On the other side of the balance sheet, Professor Bauer greatly exaggerates the risks of adverse repercussions from aid, which he believes have promoted “the disastrous politicization of life in the Third World” by increasing “the power, resources and patronage of governments.” There are cases of excessive government intervention, but they are not attributable to aid. Perceptive leadership and sound government policies have played a prominent part in the most successful developing countries, such as Korea, which have received large amounts of foreign aid. Sixty per cent of World Bank aid for rural development goes to private agents (small farmers) and private enterprises are granted the bulk of the sub-loans from development finance companies, which act as intermediaries in Bank industrial operations. Further, procurement practices which incorporate competitive bidding are closely supervised by the World Bank, as is project implementation, to ensure that the funds are used for their intended purpose. So the opportunities for abuse of aid funds are tightly controlled.
Professor Bauer’s candor and clarity should be a tonic. It is always salutary to be reminded that economic development depends largely on people’s own faculties, motivations, and mores; on their institutions; and on the policies of their rulers. But regrettably, the distorted analysis of aid Professor Bauer indulges in is likely to be a further cause rather than a cure for the growing “aid fatigue” in the general, tax-paying public. Both rich and poor may suffer as a result.
Les Opérations du Fonds Monétaire International
Economica, Paris, France, 1981, viii + 272 pp.
Professor Lelart can be credited with publishing a very valuable and useful book on the Fund’s operations which, to my knowledge, is the first detailed and thorough publication on this subject. The book’s appeal is not limited only to central bankers, officials of member countries of the Fund, and scholars in international economics. The author has chosen to analyze the accounting and legal aspects of the Fund’s operations from an historical perspective, turning this very intricate subject into a widely interesting analysis of the influence of the changing economic and political environment on the origins and functioning of the Fund.
The brief introduction depicts the main phases of the rapidly evolving role of the Fund in the international financial system. The first part of the book then describes the evolution of the Fund’s operations through the two fundamental amendments to the Articles of Agreement that took place in 1969 and 1978. This analysis demonstrates that the technical aspects of these operations were largely dominated by changes in the relative power of the United States vis-à-vis other industrial nations and of the industrial countries vis-à-vis the developing countries.
The amendments enhanced the role of the Fund in the international monetary system by (1) an important enlargement of its various lending facilities to countries experiencing serious balance of payments (BOP) difficulties, particularly after the Second Amendment; (2) a corresponding increase in its resources either through an increase in quotas or through direct bilateral borrowings from countries with BOP surpluses; and, finally, (3) a suppression of the international role of gold and the creation of the special drawing right (SDR).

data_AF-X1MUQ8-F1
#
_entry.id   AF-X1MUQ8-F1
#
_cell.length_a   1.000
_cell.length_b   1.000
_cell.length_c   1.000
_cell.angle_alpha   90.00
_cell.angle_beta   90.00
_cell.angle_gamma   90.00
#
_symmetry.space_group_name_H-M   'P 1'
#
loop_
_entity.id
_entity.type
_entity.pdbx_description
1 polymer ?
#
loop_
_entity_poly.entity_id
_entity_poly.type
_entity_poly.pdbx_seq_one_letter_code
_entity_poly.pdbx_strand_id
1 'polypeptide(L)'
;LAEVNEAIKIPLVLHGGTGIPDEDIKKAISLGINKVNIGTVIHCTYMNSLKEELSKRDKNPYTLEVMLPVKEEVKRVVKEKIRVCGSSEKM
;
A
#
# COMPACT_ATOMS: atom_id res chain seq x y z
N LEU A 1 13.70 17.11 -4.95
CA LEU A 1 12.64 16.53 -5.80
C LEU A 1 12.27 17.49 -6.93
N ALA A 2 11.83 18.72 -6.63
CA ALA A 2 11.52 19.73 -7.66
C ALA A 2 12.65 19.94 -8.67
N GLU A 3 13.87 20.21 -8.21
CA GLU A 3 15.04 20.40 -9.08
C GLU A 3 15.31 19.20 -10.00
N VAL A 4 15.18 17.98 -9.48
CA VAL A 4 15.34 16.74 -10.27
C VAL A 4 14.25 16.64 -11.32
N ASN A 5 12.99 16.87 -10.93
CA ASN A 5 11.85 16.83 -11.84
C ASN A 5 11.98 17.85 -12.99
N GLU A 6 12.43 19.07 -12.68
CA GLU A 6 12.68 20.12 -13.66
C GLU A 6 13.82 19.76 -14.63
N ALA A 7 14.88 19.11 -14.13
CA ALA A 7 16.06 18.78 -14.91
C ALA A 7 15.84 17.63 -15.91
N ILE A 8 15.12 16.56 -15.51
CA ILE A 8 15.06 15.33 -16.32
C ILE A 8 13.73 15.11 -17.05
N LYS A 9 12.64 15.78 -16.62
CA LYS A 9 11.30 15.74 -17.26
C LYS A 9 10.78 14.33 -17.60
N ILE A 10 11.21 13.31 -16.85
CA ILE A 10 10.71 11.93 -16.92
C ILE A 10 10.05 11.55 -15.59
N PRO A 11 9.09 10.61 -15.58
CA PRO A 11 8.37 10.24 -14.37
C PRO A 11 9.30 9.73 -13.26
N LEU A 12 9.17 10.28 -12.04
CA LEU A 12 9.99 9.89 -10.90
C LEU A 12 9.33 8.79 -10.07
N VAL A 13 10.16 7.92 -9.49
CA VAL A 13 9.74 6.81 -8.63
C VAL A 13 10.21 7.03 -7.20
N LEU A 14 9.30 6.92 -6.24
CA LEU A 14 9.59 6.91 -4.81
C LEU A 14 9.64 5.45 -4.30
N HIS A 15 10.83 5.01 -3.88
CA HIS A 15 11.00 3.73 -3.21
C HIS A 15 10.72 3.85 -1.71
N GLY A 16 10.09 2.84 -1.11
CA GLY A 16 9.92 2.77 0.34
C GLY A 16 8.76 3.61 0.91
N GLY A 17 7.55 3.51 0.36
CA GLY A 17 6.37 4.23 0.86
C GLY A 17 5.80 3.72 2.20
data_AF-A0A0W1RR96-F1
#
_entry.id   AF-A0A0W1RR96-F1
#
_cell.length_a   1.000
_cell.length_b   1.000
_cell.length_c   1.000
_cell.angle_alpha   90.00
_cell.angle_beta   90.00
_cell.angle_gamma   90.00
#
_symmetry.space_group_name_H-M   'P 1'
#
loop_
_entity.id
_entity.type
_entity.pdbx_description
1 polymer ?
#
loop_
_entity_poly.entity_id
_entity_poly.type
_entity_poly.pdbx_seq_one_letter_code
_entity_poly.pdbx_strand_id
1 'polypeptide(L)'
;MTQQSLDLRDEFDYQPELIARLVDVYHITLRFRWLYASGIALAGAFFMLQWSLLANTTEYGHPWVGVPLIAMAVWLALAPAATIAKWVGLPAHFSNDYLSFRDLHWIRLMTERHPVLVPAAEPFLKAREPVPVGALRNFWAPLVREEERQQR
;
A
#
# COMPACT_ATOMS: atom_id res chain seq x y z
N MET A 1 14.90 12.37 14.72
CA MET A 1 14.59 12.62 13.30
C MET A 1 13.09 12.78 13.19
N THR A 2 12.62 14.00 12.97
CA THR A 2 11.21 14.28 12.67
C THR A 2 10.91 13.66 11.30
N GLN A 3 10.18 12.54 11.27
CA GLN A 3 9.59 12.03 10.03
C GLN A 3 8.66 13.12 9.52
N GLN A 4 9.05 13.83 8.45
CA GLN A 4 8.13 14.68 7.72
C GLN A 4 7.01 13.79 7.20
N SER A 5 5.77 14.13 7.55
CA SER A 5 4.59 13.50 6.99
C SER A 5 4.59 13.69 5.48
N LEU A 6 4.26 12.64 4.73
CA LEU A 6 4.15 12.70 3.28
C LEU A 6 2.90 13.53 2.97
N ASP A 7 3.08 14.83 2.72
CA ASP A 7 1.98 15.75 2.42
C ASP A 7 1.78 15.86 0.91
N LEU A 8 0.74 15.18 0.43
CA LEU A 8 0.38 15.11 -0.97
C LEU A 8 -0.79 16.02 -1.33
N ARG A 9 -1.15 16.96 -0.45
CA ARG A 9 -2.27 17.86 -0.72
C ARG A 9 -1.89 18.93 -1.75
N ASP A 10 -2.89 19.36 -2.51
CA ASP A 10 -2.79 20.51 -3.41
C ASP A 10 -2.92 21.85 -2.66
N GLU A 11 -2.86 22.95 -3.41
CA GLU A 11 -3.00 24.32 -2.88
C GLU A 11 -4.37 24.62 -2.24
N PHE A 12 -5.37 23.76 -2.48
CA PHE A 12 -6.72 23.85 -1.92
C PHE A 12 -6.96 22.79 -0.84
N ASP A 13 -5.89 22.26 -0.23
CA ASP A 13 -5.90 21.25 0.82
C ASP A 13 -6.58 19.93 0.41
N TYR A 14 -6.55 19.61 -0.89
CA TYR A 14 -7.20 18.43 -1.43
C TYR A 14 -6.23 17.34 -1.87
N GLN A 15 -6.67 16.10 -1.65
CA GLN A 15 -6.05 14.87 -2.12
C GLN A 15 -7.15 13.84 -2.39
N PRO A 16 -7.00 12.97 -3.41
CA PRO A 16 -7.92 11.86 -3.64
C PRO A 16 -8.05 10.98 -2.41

The second part of the book deals with the accounting mechanisms of the Fund’s operations and the way they impinge on international liquidity and BOP financing. The first topic is developed at length and focuses mainly on the SDR, on the concept of reserve positions, and on the use of Fund credit by Fund members. The author demonstrates that from 1948 to 1979 the Fund granted up to 50 per cent of its direct net financial assistance to only four developed countries and that five developed countries and five oil exporting countries financed nearly 85 per cent of this assistance. However, these percentages have changed substantially over the last three years. In particular, the Fund’s net financial assistance to the above four industrial countries has dropped from 50 per cent to less than 39 per cent, reflecting the dramatic rise over the period of financial assistance provided by the Fund to its developing members.
On the second topic, the author concludes that the effects of the Fund’s activities on international liquidity are negligible, particularly when the concept of “actual” versus “potential” liquidity creation is used. He admits, however, that his conclusions might be questionable due to the rigid and somewhat unrealistic assumptions that had to be made in order to conduct the analysis.
The author’s conclusions on the Fund’s role seem rather ambiguous. On the one hand, observing that the Fund’s assistance to developing countries remains insufficient, he wishes that it could be substantially increased; on the other hand, he believes that such an increase would not be acceptable if it led to the Fund’s creating more international liquidity, particularly through new allocations of SDRs (a view that may not gain every reader’s agreement).